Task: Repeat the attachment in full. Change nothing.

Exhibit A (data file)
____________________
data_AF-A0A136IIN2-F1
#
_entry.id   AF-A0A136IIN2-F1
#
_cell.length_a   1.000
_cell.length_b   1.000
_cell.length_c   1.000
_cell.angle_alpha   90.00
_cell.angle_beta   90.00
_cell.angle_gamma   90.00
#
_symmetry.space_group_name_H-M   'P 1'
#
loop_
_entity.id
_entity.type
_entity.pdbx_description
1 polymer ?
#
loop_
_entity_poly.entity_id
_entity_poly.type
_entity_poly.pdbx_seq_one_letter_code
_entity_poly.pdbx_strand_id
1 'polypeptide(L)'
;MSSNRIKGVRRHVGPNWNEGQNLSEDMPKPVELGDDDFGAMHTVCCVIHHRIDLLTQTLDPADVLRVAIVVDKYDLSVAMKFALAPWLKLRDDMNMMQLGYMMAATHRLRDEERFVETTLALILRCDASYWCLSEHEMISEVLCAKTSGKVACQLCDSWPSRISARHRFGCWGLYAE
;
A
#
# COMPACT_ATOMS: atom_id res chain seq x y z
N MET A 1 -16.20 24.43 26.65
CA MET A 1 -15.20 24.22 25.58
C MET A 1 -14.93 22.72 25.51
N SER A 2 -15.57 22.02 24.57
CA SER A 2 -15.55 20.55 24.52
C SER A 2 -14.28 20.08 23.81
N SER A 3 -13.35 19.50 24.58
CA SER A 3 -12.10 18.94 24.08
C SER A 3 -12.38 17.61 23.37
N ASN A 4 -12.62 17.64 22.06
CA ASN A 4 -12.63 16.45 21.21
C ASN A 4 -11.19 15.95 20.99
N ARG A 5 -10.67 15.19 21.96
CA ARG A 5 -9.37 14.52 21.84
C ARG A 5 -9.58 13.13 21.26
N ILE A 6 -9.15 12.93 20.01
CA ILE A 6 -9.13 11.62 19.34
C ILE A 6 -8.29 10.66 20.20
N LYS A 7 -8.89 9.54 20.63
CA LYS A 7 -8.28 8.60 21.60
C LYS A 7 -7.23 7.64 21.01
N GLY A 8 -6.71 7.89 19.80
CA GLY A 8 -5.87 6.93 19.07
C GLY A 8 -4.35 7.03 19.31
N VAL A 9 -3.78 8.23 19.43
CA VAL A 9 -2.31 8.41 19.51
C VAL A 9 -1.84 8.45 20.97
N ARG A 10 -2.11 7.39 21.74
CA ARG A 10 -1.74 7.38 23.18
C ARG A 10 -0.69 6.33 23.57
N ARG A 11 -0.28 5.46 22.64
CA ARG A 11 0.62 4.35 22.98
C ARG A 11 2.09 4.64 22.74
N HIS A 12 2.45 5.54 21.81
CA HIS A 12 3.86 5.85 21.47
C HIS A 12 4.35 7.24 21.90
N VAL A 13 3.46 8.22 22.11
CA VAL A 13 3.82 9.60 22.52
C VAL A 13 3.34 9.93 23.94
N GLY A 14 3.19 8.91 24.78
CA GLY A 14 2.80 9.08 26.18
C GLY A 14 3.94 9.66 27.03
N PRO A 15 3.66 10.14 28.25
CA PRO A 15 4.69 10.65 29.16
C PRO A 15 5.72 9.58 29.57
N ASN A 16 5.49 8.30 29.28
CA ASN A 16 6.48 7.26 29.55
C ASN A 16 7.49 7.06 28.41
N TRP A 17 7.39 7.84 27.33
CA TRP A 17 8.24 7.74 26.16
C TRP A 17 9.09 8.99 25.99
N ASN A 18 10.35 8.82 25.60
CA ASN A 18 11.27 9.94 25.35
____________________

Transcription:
data_AF-A0A136IIN2-F1
#
_entry.id   AF-A0A136IIN2-F1
#
_cell.length_a   1.000
_cell.length_b   1.000
_cell.length_c   1.000
_cell.angle_alpha   90.00
_cell.angle_beta   90.00
_cell.angle_gamma   90.00
#
_symmetry.space_group_name_H-M   'P 1'
#
loop_
_entity.id
_entity.type
_entity.pdbx_description
1 polymer ?
#
loop_
_entity_poly.entity_id
_entity_poly.type
_entity_poly.pdbx_seq_one_letter_code
_entity_poly.pdbx_strand_id
1 'polypeptide(L)'
;MSSNRIKGVRRHVGPNWNEGQNLSEDMPKPVELGDDDFGAMHTVCCVIHHRIDLLTQTLDPADVLRVAIVVDKYDLSVAMKFALAPWLKLRDDMNMMQLGYMMAATHRLRDEERFVETTLALILRCDASYWCLSEHEMISEVLCAKTSGKVACQLCDSWPSRISARHRFGCWGLYAE
;
A
#
# COMPACT_ATOMS: atom_id res chain seq x y z
N MET A 1 -16.20 24.43 26.65
CA MET A 1 -15.20 24.22 25.58
C MET A 1 -14.93 22.72 25.51
N SER A 2 -15.57 22.02 24.57
CA SER A 2 -15.55 20.55 24.52
C SER A 2 -14.28 20.08 23.81
N SER A 3 -13.35 19.50 24.58
CA SER A 3 -12.10 18.94 24.08
C SER A 3 -12.38 17.61 23.37
N ASN A 4 -12.62 17.64 22.06
CA ASN A 4 -12.63 16.45 21.21
C ASN A 4 -11.19 15.95 20.99
N ARG A 5 -10.67 15.19 21.96
CA ARG A 5 -9.37 14.52 21.84
C ARG A 5 -9.58 13.13 21.26
N ILE A 6 -9.15 12.93 20.01
CA ILE A 6 -9.13 11.62 19.34
C ILE A 6 -8.29 10.66 20.20
N LYS A 7 -8.89 9.54 20.63
CA LYS A 7 -8.28 8.60 21.60
C LYS A 7 -7.23 7.64 21.01
N GLY A 8 -6.71 7.89 19.80
CA GLY A 8 -5.87 6.93 19.07
C GLY A 8 -4.35 7.03 19.31
N VAL A 9 -3.78 8.23 19.43
CA VAL A 9 -2.31 8.41 19.51
C VAL A 9 -1.84 8.45 20.97
N ARG A 10 -2.11 7.39 21.74
CA ARG A 10 -1.74 7.38 23.18
C ARG A 10 -0.69 6.33 23.57
N ARG A 11 -0.28 5.46 22.64
CA ARG A 11 0.62 4.35 22.98
C ARG A 11 2.09 4.64 22.74
N HIS A 12 2.45 5.54 21.81
CA HIS A 12 3.86 5.85 21.47
C HIS A 12 4.35 7.24 21.90
N VAL A 13 3.46 8.22 22.11
CA VAL A 13 3.82 9.60 22.52
C VAL A 13 3.34 9.93 23.94
N GLY A 14 3.19 8.91 24.78
CA GLY A 14 2.80 9.08 26.18
C GLY A 14 3.94 9.66 27.03
N PRO A 15 3.66 10.14 28.25
CA PRO A 15 4.69 10.65 29.16
C PRO A 15 5.72 9.58 29.57
N ASN A 16 5.49 8.30 29.28
CA ASN A 16 6.48 7.26 29.55
C ASN A 16 7.49 7.06 28.41
N TRP A 17 7.39 7.84 27.33
CA TRP A 17 8.24 7.74 26.16
C TRP A 17 9.09 8.99 25.99
N ASN A 18 10.35 8.82 25.60
CA ASN A 18 11.27 9.94 25.35